Taking a Cruise? How to Stay Healthy on the High Seas

For the third cruise in a row, some of the passengers aboard Celebrity Mercury have fallen ill, apparently with the norovirus.

The ship departed Charleston, S.C., last week. Then 350 of the 1,829 passengers aboard became sick, a spokeswoman for the cruise line told The Associated Press.

The crew onboard is "conducting enhanced cleaning, to help prevent the spread of the illness" and will return to Charleston a day early to "conduct an extensive and thorough sanitizing onboard the ship and within the cruise terminal," Celebrity Cruises said in a statement.

VIDEO: Sick at Sea
Passengers Fall Ill on Cruise

More than 14 million people are expected to take a cruise in 2010, according to the Cruise Lines International Association. So how can you help prevent any illnesses on your next cruise?

ABC News senior health and medical editor Dr. Richard Besser stopped by "Good Morning America" to explain how to stay healthy on the high seas.

The Norovirus

The norovirus is highly contagious and its symptoms include nausea, vomiting, diarrhea, cramps and chills, Besser said.

The illness typically lasts 12 to 72 hours and usually occurs in places where people are in close quarters, such as schools, hospitals, nursing homes and cruise ships, according to Besser. It is the leading cause of foodborne outbreaks of diarrheal disease, accounting for more than 50 percent of these outbreaks.

It spreads through food, water, contaminated surfaces and person-to-person contact, Besser said. He added that the reason it could be so hard to get rid of on a cruise ship is because people can also bring it on board and it can live on surfaces for more than a week.

Cruise ships often visit places that have poor sanitation, so passengers can easily catch it from a restaurant they visited at a port, Besser explained.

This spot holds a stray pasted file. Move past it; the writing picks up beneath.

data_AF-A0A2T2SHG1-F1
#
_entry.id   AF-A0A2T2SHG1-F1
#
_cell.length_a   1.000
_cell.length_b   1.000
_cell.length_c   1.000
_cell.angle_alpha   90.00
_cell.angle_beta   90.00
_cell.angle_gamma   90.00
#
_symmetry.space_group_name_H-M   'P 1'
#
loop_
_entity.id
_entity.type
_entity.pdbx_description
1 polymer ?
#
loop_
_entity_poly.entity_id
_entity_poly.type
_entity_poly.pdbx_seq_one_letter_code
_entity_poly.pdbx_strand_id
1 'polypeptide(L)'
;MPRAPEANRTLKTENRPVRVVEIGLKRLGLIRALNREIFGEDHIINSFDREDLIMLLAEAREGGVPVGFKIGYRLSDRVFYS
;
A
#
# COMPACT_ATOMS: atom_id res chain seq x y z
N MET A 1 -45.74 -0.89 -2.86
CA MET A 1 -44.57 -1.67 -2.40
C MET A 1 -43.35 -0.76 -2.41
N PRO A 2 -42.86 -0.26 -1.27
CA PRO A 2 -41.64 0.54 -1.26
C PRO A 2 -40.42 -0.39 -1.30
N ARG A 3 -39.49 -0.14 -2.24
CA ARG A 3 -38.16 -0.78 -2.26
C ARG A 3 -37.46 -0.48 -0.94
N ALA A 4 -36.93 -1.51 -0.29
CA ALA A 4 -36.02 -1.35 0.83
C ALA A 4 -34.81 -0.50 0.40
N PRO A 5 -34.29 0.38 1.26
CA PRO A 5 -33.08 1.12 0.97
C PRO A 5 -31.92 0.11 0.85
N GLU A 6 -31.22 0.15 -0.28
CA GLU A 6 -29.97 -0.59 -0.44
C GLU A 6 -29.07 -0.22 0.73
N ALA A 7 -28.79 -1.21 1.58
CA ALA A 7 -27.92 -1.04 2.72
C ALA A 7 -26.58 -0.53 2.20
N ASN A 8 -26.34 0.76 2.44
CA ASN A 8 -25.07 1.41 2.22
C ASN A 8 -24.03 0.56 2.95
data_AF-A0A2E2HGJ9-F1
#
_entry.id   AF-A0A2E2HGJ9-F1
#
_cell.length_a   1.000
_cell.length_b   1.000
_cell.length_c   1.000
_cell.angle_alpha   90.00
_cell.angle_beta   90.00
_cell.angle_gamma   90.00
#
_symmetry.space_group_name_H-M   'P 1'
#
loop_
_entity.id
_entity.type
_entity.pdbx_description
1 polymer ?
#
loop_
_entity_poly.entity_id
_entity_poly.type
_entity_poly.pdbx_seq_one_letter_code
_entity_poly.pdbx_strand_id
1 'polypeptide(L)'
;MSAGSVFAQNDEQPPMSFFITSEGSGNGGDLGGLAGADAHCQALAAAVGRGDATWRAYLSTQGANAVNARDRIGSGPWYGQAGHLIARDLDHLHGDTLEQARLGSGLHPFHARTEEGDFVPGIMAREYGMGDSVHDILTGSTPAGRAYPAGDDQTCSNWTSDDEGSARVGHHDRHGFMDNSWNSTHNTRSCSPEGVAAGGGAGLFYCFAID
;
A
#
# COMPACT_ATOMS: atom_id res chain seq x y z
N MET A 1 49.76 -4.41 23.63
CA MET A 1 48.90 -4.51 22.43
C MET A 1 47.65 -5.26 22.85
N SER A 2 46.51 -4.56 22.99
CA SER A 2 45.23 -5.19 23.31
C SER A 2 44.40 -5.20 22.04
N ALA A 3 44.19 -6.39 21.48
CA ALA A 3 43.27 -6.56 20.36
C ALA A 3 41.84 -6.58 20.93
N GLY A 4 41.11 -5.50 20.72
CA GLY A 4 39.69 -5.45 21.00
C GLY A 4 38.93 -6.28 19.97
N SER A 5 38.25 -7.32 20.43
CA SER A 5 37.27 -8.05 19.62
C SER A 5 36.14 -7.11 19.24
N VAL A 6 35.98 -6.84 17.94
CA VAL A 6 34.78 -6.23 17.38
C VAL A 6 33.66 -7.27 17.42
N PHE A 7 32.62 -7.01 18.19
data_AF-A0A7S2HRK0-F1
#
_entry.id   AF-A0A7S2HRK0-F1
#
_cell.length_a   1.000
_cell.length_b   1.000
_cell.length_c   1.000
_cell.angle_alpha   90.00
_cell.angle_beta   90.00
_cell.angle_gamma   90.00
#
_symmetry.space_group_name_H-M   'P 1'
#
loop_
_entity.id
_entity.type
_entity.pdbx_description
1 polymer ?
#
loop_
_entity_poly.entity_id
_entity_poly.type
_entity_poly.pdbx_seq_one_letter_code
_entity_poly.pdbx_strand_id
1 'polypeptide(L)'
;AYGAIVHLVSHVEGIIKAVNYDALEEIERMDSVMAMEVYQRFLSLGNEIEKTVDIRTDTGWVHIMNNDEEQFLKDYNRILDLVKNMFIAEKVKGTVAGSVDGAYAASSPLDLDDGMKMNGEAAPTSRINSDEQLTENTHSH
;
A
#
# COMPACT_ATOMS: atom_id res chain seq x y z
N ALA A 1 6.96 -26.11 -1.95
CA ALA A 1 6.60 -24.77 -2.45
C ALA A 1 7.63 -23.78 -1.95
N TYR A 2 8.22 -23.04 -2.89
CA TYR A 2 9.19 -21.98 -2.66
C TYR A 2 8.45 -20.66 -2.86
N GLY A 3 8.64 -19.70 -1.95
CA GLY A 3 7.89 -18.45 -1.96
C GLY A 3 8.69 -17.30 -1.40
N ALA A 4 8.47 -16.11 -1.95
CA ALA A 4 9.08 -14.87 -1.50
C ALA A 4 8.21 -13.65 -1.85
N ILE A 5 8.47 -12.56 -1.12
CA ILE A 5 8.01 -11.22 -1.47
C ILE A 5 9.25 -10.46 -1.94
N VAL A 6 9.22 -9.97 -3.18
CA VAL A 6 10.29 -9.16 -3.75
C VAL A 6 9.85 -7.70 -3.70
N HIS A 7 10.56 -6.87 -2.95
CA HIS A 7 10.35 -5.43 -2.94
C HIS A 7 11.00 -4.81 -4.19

Additionally, the infection dose of norovirus is very low, Besser said. It takes only 10 particles of the virus to make you stick, as opposed to the 100,000 particles of salmonella you would have to be exposed to in order to get sick.

Therefore, even if the crew does a very good job of cleaning the ship it only takes a little of the virus to get people sick again.

How to Protect Yourself

Before you book a cruise, check the ship's inspection score at the Centers for Disease Control and Prevention's Web site. While this won't necessarily protect you from norovirus, it provides a good indication of overall ship hygiene.

The CDC gives all of the cruise ships a score for cleanliness and it reports these outbreaks through its vessel sanitation program.

Look to see if there have been recent norovirus outbreaks on your ship. A recent outbraeak of norovirus may increase the likelihood of another outbreak soon after, Besser said.

Also, it is an easy and basic step, but very important to help stave off norovirus: Wash your hands well with soap and water. Besser said using an alcohol-based hand gel will also help.

Be very careful when caring for someone who is ill with norovirus since it is so highly contagious. Bodily fluids can transmit the infection.

Carrie Finley-Bajak, president of Cruise Buzz from the travel agency Cruise Holidays, told ABC News last month that passengers should bring disposable disinfecting wipes to wipe down doorknobs, phones and other surfaces in the cabin.

Click here to return to the "Good Morning America" Web site.

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